Notwithstanding that infrared detection techniques are very precise, they are nevertheless quite costly, operated only intermittently and may still require several human operators.
A promising alternative to these infrared methods that overcomes a number of these issues employs micro-sensors. Advantageously, micro-sensors may be constructed using known micro-fabrication techniques and materials and are therefore relatively inexpensive and mass deployable. Of particular attraction—given their relatively low expense, modest power requirements and small size—such micro-sensors may provide first-hand, continuous monitoring of natural gas or other facilities and be deployed physically close to pipeline junctions were most of leaks are known to occur.
Prior art attempts to micro-fabricate sensors based on IR detection principles have been made, and in particular sensor chips based on the principle of mid-infrared Fiber-optic Evanescent Wave Spectroscopy (FEWS) have been developed. However, these sensors are difficult to manufacture, and they require efficient and inexpensive mid-infrared laser diodes.
One of the more promising micro-sensor approaches for the detection of VOCs—including methane and other hydrocarbons—employ metal-oxide sensors. Such metal-oxide sensors are relatively easy to manufacture and easily integrated with other electronic components to produce sufficiently sensitive yet inexpensive devices. Such metal-oxide sensors rely on the measurement of a change in conductivity between two electrodes as molecules adsorb on an oxide sensing layer situated in between them.
In typical prior art configurations, this sensing layer is usually composed of a nanostructured metal oxide such as ZnO, SnO2, or TiO2—the particular choice of which depends on the targeted molecule as each one of these metal oxides exhibits a high affinity for a particular VOC. Unfortunately, one disadvantages of metal-oxide sensors is that they require heating of the sensing layer to high temperatures (300-500° C.), and they are not conducive to quantifying the specific concentrations of gasses.
Accordingly, we disclose an electrochemical sensor for CV that advantageously overcomes the noted limitations of the prior art while maintaining any advantages. Of particular interest, compatibility with contemporary micro-fabrication techniques, cost effectiveness, and system integration possibilities are maintained.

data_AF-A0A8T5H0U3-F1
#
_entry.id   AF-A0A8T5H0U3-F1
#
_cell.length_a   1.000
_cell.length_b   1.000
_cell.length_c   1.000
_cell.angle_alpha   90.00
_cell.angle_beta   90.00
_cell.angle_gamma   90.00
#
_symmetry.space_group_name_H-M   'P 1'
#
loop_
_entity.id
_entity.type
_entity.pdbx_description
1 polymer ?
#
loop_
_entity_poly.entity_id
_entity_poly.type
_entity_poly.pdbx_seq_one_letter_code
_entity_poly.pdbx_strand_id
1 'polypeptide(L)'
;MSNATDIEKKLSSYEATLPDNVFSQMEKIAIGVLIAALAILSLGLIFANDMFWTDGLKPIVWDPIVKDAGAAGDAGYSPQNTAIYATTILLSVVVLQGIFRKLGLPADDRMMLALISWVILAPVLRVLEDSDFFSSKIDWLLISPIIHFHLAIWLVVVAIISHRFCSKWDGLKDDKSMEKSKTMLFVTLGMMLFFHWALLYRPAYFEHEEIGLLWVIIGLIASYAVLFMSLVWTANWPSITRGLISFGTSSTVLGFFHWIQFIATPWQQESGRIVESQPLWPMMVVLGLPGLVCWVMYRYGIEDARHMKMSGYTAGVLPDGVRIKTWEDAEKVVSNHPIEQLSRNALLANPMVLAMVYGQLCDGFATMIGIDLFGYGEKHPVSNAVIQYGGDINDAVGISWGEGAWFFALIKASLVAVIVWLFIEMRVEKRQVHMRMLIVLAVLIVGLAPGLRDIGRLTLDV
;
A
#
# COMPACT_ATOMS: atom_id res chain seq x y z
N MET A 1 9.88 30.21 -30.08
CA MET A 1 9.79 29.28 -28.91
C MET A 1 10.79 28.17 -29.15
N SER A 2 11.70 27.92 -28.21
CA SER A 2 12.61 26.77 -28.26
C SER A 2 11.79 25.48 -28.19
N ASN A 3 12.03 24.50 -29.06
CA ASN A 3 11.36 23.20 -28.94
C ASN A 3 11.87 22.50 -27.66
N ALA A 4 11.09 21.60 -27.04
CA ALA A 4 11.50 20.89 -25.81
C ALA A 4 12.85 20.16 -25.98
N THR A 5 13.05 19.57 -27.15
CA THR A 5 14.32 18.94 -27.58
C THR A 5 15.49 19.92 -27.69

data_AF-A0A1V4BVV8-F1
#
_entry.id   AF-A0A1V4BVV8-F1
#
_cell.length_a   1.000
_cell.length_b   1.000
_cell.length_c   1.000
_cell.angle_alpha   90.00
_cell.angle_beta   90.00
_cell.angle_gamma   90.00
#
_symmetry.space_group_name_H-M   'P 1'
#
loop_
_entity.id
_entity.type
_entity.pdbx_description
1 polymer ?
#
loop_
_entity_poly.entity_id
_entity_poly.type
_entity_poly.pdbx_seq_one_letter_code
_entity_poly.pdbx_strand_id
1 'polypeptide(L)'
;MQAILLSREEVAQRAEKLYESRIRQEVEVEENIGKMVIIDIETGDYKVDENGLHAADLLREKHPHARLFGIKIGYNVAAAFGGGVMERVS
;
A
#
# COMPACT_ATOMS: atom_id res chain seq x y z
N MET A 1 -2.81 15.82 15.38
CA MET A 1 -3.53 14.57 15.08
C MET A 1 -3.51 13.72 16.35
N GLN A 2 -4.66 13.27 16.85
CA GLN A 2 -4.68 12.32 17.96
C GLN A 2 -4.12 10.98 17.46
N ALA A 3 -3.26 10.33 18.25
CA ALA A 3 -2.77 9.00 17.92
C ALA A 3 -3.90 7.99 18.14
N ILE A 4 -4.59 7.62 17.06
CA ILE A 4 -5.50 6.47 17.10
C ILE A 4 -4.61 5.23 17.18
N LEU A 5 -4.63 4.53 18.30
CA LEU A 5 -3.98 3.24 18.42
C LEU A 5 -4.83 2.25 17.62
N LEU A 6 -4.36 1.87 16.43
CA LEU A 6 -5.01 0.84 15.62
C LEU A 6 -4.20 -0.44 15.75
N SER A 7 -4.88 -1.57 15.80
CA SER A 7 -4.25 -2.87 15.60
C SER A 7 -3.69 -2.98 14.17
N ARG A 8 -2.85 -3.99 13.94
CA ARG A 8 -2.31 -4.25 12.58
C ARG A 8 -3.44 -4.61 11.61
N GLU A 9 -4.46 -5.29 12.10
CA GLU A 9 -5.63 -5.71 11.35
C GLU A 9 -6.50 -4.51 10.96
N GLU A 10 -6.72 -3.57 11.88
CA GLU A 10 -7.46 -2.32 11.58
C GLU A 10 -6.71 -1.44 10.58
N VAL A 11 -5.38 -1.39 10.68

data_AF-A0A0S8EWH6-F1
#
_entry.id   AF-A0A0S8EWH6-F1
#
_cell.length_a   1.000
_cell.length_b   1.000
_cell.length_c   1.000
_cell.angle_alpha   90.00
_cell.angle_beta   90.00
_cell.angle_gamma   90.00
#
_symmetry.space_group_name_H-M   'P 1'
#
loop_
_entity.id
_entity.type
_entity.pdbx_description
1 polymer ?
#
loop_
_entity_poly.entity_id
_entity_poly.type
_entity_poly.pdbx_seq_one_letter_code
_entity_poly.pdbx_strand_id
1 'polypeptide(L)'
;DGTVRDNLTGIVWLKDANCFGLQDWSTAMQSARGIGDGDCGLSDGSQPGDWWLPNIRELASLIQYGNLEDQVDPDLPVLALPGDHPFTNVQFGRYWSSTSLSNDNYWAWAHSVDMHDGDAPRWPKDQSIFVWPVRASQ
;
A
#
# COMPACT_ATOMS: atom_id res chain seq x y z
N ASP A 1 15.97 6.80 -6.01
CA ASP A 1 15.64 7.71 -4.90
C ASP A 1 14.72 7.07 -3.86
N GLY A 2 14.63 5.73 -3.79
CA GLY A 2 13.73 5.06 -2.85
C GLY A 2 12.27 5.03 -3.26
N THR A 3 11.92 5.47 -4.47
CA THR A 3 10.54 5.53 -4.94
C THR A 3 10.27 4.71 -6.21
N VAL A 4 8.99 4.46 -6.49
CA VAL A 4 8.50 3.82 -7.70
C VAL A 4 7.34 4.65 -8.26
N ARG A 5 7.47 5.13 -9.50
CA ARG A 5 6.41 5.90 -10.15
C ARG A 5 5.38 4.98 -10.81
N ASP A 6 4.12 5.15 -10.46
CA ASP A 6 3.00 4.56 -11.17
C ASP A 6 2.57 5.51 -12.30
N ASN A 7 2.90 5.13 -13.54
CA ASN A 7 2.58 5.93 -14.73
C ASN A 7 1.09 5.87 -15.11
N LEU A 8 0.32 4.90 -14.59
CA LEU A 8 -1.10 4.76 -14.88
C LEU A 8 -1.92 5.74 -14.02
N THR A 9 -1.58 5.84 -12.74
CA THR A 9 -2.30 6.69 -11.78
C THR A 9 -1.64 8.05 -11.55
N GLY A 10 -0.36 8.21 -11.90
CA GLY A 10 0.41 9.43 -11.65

As we shall describe, the sensing principle for our electrochemical sensors is based on the measurement of an oxidation or reduction current as a voltage is swept between two potential limits (E1 and E2) at two electrodes namely, a working electrode (WE) and a counter electrode (CE). When this swept voltage reaches the redox potential of a molecule adsorbed on the electrode, it gets oxidize or reduced, and generates a measurable current at this applied voltage. With the help of a third reference electrode (RE), the applied voltage that triggers a reaction can be associated with a particular redox reaction. A last component, the electrolyte, is necessary to complete this process. The role of the electrolyte is to conduct ionic products from the WE to the CE thereby closing the electrochemical circuit.
We note that existing chemical sensors based on a similar sensing principle oftentimes employ Ytteria Stabilized Zirconnia (YSZ) electrolytes which conduct oxygen ions. Unfortunately, however, these solid-state electrolytes only conduct ions at high operating temperatures (500-700° C.). Given this undesirable attribute, a polymeric electrolyte, i.e., Nafion, is employed in structures according to the present disclosure such that operation at room temperature is made possible.
We note further that redox reactions of molecules discussed herein are presented—along with their standard redox potential against the Standard Hydrogen Electrode (SHE)—for the complete oxidation of methane into CO2 and for the oxidation of CO into CO2 in the following equations: